This is not to say that Pitchfork's review of the Black Kids album wasn't obnoxious or reckless, because it absolutely was, but many of artists mentioned in the article were on the decline. Liz Phair's LP was intended as a stunt, and to the underground that had nurtured her, seemed to sell out all they treasured about her.   Jet were amediocre band whose 15 minutes had come and gone and were somehow still gobbling up column inches in other publications.  And Travis Morrison had dissolved his more established band (The Dismemberment Plan) to start a solo career, a move that is rarely successful, particularly for someone as niche as him. 

Of all the artforms, music is unequivocally the most personal, because it really is about a kind of mystical connection to certain sounds.  Most critics are sensitive to this, which is one of the reasons that music page on Metacritic is a sea of green (indicating a cumulative score of 61 or above), whereas the film page is a jumble of red (40 and under), yellow (41 to 60), and green ratings.  Whereas one can walk out of a film and judge its narrative a success or failure based on one screening, music requires its audience to really engage with it. Understanding an album requires many consecutive listens and an ear finely tuned to accepting its inputs and recognizing the terms of the artist who produced it.  

Yet, some music is indeed bad, aesthetically and culturally.  It can be bad to us and bad for us. This needs to be communicated clearly and effectively, a task the rating system is not equipped to handle on its own but can contribute to a broader conversation about the things we should value or strive for in our art.  The limits to the kind of relativism in which everyone's opinion, however underdeveloped, is equally valued leads to a world in which the toxic takes of the alt-right (and their Fantano kin) can weasel their way into the mainstream.Obviously the stakes are much lower in the musical realm than in the political sphere.  In fact, if there's anything antiquated in the wild pans Pitchfork and their lot used to dole out, it's the idea that music could be so important that it needed to elicit such extreme responses. As the cultural importance of music itself has shrunk and the floodgates of accessibility opened, music's most aggressive defenders seem like holdovers from a bygone era, indistinguishable from any other troll- be it MCU, Star Wars, or MAGA- festering within their own narrow framework of what music is allowed to be.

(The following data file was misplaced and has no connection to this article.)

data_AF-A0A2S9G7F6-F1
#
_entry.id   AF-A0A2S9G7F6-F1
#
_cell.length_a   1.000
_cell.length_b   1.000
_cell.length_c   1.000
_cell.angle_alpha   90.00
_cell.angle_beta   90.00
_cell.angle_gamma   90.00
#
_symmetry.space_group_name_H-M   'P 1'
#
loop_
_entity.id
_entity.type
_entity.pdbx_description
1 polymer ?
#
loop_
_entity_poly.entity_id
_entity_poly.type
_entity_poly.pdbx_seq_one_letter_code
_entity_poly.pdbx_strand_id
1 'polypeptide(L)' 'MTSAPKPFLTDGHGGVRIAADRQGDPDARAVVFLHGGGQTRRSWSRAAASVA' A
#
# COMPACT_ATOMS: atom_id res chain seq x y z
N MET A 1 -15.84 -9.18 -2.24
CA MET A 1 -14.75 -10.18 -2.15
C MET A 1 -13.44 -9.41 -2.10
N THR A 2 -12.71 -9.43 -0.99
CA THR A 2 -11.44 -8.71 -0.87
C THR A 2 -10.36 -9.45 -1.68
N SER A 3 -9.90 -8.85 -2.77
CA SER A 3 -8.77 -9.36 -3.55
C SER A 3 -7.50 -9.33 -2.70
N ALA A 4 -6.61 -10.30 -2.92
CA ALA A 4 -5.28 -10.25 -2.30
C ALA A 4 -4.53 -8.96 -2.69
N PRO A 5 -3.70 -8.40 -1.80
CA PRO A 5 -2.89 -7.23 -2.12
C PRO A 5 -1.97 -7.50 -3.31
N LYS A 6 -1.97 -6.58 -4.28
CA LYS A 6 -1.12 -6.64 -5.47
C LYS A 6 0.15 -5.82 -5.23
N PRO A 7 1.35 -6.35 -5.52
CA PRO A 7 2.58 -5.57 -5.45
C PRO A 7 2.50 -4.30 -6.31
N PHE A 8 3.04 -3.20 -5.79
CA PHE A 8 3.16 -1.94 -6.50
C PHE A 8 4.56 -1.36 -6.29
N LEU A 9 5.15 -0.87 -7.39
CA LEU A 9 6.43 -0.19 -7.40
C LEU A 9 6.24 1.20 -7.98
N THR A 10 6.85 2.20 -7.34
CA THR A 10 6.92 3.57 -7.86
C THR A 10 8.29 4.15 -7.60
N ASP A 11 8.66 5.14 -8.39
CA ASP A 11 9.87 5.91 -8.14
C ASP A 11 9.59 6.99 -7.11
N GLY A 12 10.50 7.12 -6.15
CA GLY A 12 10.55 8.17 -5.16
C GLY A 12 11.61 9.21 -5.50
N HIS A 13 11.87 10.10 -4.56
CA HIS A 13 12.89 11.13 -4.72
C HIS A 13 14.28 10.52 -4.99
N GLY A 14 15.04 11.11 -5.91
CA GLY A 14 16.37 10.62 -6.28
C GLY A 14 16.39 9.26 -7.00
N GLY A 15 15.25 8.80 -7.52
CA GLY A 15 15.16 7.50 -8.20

If anything has killed this kind of thinking, it's actually smart, perceptive music writing, which expanded the parameters of the conversations we're allowed to have about music, the way it connected to the world outside of it, or built utopian worlds of possibility within it.  Pitchfork deserves some degree of credit in this too.  

Though their platform upended print media journalism by centralizing the review and thus prioritizing the competitive angle of fandom, their writers throughout the naughts and into this decade grew more thoughtful and in touch with the ideas percolating around music. It 
became less critical in terms of airing grievances and more in line with the type of critical thinking a platform as large as theirs demands.  This is not to say that they don't still goof or that every single article they churn out is gold, but at a time when the clickbait model has created a cottage industry out of instant dunks that make pop culture consumption into a kind of woke olympics more about self-aggrandizing and virtue signalling than recognizing aesthetic accomplishment, a review by Sasha Geffen of Phil Sherburne contains the breathing room and the considerate scrutiny that their chosen subject matter deserves. 

There were plenty of casualties of the music industry from the aughts, but it's important to identify the guilty parties appropriately.  While Pitchfork did play an outsized role in establishing the zeitgeist for the era, its singularity as an influence did not arise from a vacuum.  It took place in the middle of an imploding music market, and a severely disrupted method of consumption that favored novelty over fandom.  

*Now if we're talking the magazine era, here's a place where a critic really could kill a band- since most people couldn't hear the LP before it was written up.  Many an artists entered the dustbins because their one source of exposure was tarnished by a cranky scribe.